The Fundamental Elements for Building a Successful Middle School Band

Jon Bubbett • Bubbett's BookshelfFebruary 2023 • February 19, 2023

The importance of fundamental teaching cannot be overstated. There are certain fundamental “essentials” that are found in every successful program. Foundations is a compilation of article from some of the best middle school band directors in the country (and Japan!) and gives us a “peek behind the curtain” of these programs! The book is divided into nine different topics each written by a respected educator.

The section on Culture, written by Chip De Stefano, provides incredible insight on how we need to approach our teaching to improve our classroom cultures. The standards we set as teachers, our repertoire selection, rehearsing, student ownership, and motivation are all discussed in depth.

“Students are not going to care any more than we care, work any harder than we work, or practice any more than we prepare for our rehearsals.” Thoughts on personal growth and self-care, that are often neglected by teachers, are presented by Kim Bain in the chapter Growth.

“…caring for myself and continuing my professional development has been essential for success.”

Heath Wolfe gives us strategies to “streamline your time off the podium” and reduce anxiety by being better organized in the section, Organization.

The chapter on Practice by Chris Grifa focuses on the quality of practice time instead of the amount of practice time. His unique method teaches students how to practice during regular rehearsal time.

“…we have to deliberately teach our students how to practice.”

We are given a “toolbox” with many strategies to improve student practice skills. His thoughts on Guided Practice, and Practice Strategies, are well thought out and logical. He also gives us the process of how to use these strategies. The Music Reading Process Chart, The Music Isolation Process Chart, and Practice Strategies Chart that he gives to his students detail every step of his process.  His Five Steps of Focus shows students step by step the priorities of their practice focus.

“Students need to connect success and positive emotion to practicing.”

Fundamentals can never be stressed enough, and “FUNdamentals are the key to the development of any musician.” Focusing only on the next performance is an easy trap to fall into, concentrating only on the next performance and abandoning structured, sequential teaching.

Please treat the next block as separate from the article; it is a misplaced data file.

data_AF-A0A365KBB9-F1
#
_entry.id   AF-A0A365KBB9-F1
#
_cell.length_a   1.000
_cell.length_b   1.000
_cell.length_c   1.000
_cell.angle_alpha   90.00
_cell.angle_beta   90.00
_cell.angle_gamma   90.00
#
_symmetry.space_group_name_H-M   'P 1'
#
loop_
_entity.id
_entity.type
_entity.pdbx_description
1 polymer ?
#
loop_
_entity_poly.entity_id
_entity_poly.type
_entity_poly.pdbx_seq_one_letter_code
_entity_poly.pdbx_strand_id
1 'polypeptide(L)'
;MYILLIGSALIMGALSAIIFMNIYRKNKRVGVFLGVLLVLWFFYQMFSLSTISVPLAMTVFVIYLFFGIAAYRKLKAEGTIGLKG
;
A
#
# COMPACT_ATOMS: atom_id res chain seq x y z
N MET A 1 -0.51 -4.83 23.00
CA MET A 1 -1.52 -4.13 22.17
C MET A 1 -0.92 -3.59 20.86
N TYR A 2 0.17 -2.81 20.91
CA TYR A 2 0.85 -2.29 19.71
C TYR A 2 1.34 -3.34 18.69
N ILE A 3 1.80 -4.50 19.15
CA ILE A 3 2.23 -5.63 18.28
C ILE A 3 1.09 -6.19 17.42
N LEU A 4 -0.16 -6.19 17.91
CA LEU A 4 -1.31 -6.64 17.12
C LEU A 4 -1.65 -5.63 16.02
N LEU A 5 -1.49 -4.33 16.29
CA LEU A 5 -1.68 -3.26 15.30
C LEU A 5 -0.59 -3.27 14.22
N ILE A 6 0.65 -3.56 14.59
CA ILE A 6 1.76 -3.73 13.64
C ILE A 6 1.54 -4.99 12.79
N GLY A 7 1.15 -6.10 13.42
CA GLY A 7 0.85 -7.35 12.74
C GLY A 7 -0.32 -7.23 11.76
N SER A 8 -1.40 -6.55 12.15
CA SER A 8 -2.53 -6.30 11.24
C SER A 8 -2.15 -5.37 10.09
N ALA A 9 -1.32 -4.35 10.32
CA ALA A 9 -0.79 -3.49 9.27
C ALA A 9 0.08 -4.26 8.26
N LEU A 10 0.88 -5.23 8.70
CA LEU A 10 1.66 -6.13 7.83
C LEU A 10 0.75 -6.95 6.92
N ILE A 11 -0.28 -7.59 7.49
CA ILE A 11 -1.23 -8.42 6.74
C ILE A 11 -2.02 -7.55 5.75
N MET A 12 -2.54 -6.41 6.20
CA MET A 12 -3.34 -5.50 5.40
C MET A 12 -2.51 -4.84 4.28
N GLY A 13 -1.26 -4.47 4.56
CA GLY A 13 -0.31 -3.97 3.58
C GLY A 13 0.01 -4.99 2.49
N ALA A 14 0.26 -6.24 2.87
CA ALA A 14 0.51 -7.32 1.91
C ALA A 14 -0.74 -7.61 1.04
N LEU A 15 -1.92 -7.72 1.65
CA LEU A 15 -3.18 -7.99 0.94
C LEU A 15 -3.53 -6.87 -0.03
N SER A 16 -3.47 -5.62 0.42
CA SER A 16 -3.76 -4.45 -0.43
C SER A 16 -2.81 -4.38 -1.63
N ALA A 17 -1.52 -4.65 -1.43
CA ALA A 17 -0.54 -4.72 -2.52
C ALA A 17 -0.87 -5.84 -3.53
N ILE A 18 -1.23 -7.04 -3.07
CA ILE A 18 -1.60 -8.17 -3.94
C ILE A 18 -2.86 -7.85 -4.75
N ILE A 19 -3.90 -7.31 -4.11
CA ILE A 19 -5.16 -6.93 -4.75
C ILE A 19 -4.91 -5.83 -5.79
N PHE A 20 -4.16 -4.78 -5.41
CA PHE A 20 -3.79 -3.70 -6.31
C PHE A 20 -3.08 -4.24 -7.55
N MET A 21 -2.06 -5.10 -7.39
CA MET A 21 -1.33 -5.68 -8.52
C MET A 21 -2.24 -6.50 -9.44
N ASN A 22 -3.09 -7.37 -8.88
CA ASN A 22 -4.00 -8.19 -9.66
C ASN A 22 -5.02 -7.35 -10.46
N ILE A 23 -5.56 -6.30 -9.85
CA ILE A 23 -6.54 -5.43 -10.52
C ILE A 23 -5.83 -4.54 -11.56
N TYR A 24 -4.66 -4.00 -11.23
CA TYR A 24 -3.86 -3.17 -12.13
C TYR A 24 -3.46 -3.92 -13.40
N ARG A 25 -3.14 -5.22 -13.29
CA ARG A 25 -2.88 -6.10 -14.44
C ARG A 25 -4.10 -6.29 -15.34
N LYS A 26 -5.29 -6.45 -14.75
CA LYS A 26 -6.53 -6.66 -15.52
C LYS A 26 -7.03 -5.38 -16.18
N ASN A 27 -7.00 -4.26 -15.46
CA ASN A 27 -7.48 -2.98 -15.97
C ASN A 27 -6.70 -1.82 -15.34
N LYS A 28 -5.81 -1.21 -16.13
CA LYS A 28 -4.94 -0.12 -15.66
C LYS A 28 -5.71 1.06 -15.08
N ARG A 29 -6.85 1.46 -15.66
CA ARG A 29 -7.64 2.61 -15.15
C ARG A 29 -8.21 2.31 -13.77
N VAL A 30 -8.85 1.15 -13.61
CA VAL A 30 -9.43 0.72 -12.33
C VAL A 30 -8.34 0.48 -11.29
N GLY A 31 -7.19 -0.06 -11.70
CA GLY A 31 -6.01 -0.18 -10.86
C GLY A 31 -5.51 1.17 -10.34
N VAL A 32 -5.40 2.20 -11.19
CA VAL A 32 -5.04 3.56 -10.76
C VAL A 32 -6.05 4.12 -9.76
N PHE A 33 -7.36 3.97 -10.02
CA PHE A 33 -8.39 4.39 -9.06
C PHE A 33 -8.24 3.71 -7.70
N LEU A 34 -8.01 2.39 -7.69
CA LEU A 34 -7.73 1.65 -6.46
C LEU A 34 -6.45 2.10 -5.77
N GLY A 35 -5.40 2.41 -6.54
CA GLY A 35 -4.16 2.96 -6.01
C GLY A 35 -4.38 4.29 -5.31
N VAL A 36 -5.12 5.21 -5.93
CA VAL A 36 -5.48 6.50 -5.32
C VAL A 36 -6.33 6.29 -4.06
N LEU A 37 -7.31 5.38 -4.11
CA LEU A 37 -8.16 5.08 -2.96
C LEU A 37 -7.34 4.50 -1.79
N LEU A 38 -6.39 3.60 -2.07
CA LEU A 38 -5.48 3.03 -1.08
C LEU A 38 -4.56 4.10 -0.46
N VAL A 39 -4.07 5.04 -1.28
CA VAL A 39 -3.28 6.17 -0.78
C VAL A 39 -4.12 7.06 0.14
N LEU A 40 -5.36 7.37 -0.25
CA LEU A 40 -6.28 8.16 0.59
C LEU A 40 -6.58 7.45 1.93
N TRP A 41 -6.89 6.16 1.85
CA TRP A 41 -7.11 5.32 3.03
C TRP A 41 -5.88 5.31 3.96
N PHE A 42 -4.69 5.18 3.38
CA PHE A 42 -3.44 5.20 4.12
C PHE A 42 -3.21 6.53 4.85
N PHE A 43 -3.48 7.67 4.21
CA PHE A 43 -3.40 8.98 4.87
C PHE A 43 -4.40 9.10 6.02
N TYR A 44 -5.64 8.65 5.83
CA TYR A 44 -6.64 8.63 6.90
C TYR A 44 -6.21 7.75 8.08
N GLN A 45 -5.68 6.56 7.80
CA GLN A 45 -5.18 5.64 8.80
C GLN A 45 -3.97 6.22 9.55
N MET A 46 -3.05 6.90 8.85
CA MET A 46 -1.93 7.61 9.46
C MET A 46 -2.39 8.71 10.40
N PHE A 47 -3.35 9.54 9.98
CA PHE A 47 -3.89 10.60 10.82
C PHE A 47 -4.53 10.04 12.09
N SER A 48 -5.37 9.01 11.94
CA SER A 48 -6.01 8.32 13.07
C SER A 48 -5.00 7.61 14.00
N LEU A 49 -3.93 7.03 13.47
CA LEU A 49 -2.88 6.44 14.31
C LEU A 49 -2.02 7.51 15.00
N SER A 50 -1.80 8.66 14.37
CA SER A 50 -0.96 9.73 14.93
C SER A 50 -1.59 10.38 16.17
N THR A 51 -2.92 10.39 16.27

“…focusing on (those) short-term goals often comes at the expense of long-term progress.”

Having a set curriculum is vitally important and “…a sequence of what you want to teach, what you want your students to learn, and when they should learn it.” Understanding what the “key skill sets” are and the priorities of each will define the success of your teaching and your student’s musical progress.

The approach to articulation is very thorough and is explained in detail. His approach to “lifted” notes, instead of using the word staccato, is presented in a very user-friendly manner for young musicians. 

“What I have learned is that working on technique has to be fun, or you will find students disengaged in the learning process.”

Recruitment is the lifeblood of our programs. Many insightful approaches are given to us by Wendy Hart from a program that was not allowed to recruit by her administration. 

The step-by-step approach delves into the goals of recruitment, obstacles we encounter, and recruiting the parents as well as the students. The timeline, plan of action, and following up on potential students and instrument fittings are just a few of the many actionable ideas presented.

The chapter on Motivation by Corey Graves is a concise and clear reminder of why we do what we do. Keeping ourselves motivated by realizing we do make a difference, focusing on building relationships, and that we already have what we need to be successful teachers.

“It’s not a lack of resources that causes failure. It’s the lack of resourcefulness.”

Rick Ghinelli is an administrator who began his career as a music educator. In the section on Communications, he details the issues that affect administrators the most and offers ways for music educators to be a part of the solution and not another problem to be dealt with.

“…building a positive relationship with your administration is one of the most important things you can do to open the lines of communication.”

The final section, Perspectives, gives us insight into what instrumental education looks like in Japan. The level of achievement they can accomplish at an early age is unparalleled by anything in our culture. Kazuhiko Tsuchiya of the Tamagawa Academy in Tokyo gives us a peak behind the curtain and shares the struggles they deal with, which are not unlike our own.


The Fundamental Elements for Building a Successful Middle School Band Program 

Chip De Stefano / Chris Grifa

2022 – GIA Publications Inc.

Learn more about Jon Bubbett’s career as a successful music educator and his composing and arranging for school bands at

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